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    As @Paulie_D says, its a question of risk ... making 10% on an investment of hundreds of millions of dollars is a huge risk. Also, your expectation that the "hidden expenses" is only $50m is probably an underestimate. Rule of thumb for marketing expenses is around 50% of the production costs, expensive blockbusters get more money spent on the marketing. So we may be looking at $125m in marketing budget, meaning they have to make $375 to break even. They will want to bring in double that before they start to consider the movie to have been worth the investment risk. – iandotkelly Jun 21 '18 at 15:18
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Some of this comes from the confusing world of movie budgeting. Most frequently the reported cost of a movie is the amount of money spent on:

  • Preproduction activities. Obtaining story rights, screenplay development, casting, identifying locations and building sets and other production planning activities.

  • Production activities. Activities around the shooting of the film.

  • Post-production activities. Activities such as editing, music and visual effects. While of course many of these run in parallel to production, they continue and complete after shooting.

Most importantly the production budget that is often referred does not include marketing of the movie (sometimes referred to as "prints and advertising" budget or P&A). Costs in this area have been spiraling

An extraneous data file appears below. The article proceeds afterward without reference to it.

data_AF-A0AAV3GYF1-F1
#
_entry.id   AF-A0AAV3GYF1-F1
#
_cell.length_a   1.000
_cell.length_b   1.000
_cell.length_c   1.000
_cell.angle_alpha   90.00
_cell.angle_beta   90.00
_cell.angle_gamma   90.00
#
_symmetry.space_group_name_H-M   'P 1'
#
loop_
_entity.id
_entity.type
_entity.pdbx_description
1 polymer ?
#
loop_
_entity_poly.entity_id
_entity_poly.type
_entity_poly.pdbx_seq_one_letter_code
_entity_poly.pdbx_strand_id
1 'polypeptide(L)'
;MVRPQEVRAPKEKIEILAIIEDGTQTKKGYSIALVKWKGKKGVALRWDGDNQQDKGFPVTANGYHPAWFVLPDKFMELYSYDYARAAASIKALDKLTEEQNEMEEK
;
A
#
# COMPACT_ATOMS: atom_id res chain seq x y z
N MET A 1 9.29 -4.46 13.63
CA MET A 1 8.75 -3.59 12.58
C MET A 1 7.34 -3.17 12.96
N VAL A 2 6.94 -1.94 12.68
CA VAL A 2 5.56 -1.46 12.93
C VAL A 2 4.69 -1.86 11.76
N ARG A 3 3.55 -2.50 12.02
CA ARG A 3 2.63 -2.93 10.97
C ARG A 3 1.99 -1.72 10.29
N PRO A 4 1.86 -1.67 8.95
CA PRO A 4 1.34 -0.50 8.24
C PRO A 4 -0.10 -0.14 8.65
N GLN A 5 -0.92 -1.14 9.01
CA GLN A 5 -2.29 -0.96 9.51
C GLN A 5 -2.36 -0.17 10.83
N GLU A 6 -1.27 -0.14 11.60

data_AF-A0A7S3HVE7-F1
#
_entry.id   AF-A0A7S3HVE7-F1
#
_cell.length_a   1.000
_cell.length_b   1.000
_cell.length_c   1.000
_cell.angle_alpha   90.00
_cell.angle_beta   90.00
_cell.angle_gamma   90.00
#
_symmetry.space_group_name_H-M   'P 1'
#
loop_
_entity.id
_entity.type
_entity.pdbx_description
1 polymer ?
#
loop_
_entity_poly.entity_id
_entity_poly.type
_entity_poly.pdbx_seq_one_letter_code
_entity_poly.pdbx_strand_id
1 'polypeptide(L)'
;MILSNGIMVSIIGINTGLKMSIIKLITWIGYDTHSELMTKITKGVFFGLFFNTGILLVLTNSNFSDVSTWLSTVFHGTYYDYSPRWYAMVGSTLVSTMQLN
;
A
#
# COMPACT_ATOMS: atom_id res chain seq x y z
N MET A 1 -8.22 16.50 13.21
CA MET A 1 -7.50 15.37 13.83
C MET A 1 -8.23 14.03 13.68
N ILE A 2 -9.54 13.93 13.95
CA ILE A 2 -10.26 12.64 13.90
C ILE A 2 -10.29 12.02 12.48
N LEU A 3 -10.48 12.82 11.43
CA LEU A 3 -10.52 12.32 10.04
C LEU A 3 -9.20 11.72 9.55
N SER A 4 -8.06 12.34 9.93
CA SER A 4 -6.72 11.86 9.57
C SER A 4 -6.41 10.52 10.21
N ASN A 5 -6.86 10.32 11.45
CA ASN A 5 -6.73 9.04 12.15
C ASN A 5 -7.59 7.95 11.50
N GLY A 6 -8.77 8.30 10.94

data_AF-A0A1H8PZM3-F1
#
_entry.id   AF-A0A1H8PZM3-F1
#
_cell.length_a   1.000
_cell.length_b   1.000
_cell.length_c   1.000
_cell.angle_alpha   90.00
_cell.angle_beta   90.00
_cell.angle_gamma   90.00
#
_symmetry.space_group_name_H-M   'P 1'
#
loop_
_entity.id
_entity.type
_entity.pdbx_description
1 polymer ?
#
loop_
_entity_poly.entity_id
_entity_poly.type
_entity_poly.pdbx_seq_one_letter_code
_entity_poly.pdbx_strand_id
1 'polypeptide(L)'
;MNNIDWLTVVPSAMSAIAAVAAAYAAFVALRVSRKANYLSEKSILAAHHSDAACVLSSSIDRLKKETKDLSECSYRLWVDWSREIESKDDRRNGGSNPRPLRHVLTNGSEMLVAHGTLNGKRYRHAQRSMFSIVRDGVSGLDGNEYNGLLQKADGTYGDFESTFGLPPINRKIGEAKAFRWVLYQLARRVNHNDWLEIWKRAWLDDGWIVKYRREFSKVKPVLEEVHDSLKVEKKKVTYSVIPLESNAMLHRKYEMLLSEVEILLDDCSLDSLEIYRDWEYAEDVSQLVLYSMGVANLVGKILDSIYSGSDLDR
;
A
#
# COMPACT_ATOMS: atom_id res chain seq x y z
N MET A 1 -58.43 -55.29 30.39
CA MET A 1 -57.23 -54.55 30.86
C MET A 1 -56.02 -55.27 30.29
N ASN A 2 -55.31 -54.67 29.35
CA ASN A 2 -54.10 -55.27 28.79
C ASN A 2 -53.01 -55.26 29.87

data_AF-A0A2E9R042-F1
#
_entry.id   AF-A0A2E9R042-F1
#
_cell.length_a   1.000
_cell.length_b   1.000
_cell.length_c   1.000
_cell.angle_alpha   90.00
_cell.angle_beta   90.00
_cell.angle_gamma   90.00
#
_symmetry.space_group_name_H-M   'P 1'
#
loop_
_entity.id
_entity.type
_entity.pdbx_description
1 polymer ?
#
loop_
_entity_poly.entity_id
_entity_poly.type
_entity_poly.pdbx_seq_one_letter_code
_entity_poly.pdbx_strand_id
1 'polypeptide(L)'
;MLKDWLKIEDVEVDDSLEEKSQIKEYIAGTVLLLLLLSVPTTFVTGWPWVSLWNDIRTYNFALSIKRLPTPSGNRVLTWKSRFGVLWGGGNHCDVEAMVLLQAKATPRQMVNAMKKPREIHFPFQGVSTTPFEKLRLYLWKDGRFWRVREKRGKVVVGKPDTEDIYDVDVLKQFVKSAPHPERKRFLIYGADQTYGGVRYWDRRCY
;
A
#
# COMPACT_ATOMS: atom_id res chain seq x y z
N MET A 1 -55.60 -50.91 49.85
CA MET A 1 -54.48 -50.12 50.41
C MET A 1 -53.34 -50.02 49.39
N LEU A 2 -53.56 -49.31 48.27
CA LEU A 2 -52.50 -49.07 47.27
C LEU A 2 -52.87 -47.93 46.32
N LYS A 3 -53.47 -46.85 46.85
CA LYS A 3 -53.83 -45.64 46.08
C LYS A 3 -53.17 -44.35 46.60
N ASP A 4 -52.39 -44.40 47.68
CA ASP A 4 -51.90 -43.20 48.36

A good rule of thumb is that a movie takes about 50% of its production costs in additional P&A spend. The article linked above states that the budget per movie is averages $200m - however I am assuming they are only referring to big budget movies.

(why is P&A not included ... I don't have a definitive sourced answer for this but it is likely to be budgeted separately from the movie, the company will have a marketing team for all their movies. The spend is spread over many countries plus the spend comes significantly later than the spend on the development and production cost itself, so an accurate spend on P&A may not be available when a movie is released)

So taking the 50% and $200m estimate, this puts the marketing budget of Solo to be between $125 and $200m, which puts the real cost of the movie including all expenses to be around $375m to $450m.

This means that there is some way to go before the movie breaks even. Movie companies are really looking to make a significant return on their investment of hundreds of millions of dollars. A profit of a few tens of millions does not really justify the risk.

  • Thanks for the thorough explanation. Understanding that marketing is extremely expensive and isn't accounted in the numbers explains a lot and shifts the perspective considerably. I also know that the rule-of-thumb for 50% of the budget makes since, but I wonder if there's a general cap. Take, for instance, any James Cameroon blockbuster where he's broken production cost records. Certainly he didn't spend $500m on P&A for Avatar... (though I could be wrong.) – RLH Jun 23 '18 at 16:28